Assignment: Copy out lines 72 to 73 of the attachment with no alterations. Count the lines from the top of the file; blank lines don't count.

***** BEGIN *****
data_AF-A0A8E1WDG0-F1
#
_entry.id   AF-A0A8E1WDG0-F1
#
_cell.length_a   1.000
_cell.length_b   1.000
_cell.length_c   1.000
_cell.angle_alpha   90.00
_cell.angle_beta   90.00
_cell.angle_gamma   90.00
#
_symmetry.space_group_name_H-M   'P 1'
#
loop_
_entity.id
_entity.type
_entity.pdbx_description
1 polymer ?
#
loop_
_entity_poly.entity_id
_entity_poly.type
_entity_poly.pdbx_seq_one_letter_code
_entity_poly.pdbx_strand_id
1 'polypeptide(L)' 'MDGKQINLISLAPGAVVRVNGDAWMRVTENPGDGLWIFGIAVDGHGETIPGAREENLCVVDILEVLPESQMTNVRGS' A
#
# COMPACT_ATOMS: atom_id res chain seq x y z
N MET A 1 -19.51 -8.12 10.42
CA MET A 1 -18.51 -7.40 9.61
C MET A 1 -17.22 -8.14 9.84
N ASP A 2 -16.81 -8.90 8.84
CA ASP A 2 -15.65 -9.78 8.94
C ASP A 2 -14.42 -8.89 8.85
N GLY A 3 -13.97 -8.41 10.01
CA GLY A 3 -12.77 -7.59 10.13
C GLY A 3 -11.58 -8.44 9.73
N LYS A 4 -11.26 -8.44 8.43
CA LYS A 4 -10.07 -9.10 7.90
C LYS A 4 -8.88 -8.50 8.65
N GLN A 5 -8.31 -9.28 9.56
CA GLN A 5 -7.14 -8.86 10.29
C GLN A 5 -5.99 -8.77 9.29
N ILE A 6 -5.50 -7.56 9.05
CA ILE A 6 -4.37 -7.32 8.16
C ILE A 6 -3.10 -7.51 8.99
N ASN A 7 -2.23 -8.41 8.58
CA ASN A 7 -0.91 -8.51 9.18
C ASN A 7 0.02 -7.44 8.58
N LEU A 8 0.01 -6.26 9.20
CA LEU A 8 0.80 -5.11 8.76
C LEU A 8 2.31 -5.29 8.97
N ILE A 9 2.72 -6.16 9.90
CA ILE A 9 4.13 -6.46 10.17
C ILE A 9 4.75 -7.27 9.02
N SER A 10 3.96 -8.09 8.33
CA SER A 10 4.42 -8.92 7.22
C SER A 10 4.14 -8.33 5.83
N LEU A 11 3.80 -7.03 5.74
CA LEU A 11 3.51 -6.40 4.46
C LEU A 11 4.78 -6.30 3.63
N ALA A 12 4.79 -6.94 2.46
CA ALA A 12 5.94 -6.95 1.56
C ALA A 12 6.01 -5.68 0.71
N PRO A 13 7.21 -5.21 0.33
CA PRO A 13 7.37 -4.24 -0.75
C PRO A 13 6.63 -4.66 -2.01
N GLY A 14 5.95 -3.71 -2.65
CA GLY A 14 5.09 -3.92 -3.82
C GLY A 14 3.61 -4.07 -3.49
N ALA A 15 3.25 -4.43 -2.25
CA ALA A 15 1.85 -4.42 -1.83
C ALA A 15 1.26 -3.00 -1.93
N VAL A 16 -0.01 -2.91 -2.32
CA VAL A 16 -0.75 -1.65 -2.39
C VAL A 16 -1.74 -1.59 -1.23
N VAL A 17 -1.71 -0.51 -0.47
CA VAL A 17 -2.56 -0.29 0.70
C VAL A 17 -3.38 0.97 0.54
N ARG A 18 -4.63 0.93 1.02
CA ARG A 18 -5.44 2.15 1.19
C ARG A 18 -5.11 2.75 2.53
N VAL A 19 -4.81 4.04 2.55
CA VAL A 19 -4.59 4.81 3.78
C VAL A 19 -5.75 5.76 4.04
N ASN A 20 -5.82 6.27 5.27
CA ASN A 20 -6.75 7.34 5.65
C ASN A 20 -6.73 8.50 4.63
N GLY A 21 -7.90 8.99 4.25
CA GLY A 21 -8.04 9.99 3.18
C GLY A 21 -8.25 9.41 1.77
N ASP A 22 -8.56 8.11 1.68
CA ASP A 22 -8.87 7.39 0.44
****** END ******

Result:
C ALA A 15 1.26 -3.00 -1.93
N VAL A 16 -0.01 -2.91 -2.32